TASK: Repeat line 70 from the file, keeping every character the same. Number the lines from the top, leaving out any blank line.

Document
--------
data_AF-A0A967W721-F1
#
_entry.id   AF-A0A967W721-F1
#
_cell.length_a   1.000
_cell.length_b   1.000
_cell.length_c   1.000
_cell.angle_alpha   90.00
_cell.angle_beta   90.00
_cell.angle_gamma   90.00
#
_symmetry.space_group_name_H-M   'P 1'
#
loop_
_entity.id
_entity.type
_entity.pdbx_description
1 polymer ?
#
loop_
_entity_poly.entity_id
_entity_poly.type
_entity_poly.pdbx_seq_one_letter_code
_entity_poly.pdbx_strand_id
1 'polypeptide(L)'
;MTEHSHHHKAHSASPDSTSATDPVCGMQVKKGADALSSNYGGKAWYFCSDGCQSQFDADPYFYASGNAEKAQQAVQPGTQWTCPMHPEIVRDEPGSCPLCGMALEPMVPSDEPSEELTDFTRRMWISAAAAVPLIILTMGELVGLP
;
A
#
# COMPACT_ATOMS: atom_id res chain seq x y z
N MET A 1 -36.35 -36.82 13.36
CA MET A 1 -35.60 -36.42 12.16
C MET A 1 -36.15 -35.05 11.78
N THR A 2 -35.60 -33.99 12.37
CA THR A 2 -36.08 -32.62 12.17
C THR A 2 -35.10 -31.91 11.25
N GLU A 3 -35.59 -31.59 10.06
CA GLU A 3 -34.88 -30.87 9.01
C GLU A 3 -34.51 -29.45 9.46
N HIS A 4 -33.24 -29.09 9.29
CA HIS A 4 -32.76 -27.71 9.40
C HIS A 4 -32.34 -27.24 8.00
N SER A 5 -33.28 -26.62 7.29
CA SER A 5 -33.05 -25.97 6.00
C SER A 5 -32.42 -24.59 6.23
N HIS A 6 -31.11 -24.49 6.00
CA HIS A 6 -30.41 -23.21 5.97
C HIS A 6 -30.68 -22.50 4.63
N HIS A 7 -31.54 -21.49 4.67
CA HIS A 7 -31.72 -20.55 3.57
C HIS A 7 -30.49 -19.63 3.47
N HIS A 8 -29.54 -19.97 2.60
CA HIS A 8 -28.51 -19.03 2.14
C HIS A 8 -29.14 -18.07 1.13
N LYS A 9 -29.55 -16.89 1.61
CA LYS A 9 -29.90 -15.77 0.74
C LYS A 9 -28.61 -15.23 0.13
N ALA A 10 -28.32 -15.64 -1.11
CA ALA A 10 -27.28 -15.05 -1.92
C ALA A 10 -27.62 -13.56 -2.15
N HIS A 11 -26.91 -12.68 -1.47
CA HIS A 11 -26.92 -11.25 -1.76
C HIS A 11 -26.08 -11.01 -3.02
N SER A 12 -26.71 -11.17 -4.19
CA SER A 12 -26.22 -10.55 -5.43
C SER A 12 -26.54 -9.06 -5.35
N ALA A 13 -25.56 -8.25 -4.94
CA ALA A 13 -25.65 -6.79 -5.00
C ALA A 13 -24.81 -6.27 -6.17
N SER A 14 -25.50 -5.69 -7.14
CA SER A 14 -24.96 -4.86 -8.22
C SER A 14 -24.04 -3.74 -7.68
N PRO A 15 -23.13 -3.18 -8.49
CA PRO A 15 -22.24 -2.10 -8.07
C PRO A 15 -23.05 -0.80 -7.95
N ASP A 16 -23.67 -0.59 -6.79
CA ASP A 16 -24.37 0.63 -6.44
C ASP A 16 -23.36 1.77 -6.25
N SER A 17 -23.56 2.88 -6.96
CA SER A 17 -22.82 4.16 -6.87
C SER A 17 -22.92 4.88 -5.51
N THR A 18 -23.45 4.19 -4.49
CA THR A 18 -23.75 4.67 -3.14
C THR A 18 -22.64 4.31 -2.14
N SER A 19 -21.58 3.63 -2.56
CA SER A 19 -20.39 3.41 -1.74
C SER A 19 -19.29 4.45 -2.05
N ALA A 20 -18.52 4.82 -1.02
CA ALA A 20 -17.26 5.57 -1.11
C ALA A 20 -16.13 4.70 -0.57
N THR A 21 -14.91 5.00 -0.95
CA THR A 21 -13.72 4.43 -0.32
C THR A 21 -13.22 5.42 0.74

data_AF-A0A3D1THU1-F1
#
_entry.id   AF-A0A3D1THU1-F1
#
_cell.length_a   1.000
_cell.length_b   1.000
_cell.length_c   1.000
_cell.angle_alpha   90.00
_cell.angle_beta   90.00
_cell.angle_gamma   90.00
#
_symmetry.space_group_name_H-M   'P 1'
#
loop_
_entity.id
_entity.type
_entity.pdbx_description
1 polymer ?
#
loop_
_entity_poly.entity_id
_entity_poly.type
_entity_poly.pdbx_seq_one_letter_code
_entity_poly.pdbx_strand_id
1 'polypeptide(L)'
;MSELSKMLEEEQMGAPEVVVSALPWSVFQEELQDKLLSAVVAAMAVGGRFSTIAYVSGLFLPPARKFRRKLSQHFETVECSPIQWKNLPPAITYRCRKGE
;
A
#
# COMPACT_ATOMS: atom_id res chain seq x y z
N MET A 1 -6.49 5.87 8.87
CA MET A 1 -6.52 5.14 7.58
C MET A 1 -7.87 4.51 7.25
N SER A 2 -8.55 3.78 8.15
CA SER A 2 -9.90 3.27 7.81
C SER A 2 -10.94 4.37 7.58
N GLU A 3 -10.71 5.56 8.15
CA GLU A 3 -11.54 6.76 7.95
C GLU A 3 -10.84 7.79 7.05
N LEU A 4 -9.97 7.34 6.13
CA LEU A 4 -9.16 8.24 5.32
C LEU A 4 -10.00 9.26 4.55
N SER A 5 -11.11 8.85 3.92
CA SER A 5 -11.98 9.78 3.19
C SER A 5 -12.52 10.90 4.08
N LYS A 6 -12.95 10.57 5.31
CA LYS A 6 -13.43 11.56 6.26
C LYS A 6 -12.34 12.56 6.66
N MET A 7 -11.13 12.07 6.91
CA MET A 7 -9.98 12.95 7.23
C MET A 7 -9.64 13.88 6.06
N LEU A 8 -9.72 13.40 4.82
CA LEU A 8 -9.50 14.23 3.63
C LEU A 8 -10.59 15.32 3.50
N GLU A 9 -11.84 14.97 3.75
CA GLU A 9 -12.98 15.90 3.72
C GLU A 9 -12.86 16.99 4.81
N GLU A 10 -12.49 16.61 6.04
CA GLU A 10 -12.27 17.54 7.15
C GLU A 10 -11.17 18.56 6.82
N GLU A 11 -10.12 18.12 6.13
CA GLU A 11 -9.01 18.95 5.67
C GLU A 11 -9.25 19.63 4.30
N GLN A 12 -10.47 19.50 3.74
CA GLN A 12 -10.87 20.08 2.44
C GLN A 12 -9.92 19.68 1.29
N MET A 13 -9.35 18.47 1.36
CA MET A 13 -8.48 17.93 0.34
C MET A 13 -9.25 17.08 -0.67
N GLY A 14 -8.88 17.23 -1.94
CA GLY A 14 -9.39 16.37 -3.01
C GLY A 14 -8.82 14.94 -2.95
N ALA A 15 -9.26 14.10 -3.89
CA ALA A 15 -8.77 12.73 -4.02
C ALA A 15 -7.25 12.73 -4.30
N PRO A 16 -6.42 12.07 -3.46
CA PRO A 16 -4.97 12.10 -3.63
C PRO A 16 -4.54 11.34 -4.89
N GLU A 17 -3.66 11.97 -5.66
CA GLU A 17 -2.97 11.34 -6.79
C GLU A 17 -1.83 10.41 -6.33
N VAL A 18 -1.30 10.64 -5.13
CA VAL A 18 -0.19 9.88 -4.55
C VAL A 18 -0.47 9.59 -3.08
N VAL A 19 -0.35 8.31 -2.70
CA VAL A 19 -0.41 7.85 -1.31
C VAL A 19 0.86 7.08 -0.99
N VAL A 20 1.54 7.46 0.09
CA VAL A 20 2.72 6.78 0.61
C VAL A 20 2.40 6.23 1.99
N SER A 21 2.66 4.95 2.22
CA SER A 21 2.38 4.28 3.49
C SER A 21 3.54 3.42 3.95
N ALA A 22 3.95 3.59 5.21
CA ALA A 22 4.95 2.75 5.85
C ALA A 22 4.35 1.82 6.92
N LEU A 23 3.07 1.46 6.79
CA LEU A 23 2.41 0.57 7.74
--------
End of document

N SER A 14 -25.50 -5.69 -7.14